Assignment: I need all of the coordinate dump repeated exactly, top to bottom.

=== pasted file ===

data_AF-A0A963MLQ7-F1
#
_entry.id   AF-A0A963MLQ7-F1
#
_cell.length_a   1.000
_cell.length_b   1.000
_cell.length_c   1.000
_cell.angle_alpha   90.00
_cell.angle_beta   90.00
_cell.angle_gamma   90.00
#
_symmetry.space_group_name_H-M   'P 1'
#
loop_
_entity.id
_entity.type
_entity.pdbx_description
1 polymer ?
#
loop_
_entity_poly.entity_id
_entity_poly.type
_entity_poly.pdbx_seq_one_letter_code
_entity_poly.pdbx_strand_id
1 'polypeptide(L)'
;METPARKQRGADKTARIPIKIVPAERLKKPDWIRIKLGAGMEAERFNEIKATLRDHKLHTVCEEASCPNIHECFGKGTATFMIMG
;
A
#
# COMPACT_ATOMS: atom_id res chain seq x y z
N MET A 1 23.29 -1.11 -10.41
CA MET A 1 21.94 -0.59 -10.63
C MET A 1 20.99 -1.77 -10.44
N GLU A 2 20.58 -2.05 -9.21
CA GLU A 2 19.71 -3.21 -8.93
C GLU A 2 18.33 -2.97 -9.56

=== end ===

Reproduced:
data_AF-A0A963MLQ7-F1
#
_entry.id   AF-A0A963MLQ7-F1
#
_cell.length_a   1.000
_cell.length_b   1.000
_cell.length_c   1.000
_cell.angle_alpha   90.00
_cell.angle_beta   90.00
_cell.angle_gamma   90.00
#
_symmetry.space_group_name_H-M   'P 1'
#
loop_
_entity.id
_entity.type
_entity.pdbx_description
1 polymer ?
#
loop_
_entity_poly.entity_id
_entity_poly.type
_entity_poly.pdbx_seq_one_letter_code
_entity_poly.pdbx_strand_id
1 'polypeptide(L)'
;METPARKQRGADKTARIPIKIVPAERLKKPDWIRIKLGAGMEAERFNEIKATLRDHKLHTVCEEASCPNIHECFGKGTATFMIMG
;
A
#
# COMPACT_ATOMS: atom_id res chain seq x y z
N MET A 1 23.29 -1.11 -10.41
CA MET A 1 21.94 -0.59 -10.63
C MET A 1 20.99 -1.77 -10.44
N GLU A 2 20.58 -2.05 -9.21
CA GLU A 2 19.71 -3.21 -8.93
C GLU A 2 18.33 -2.97 -9.56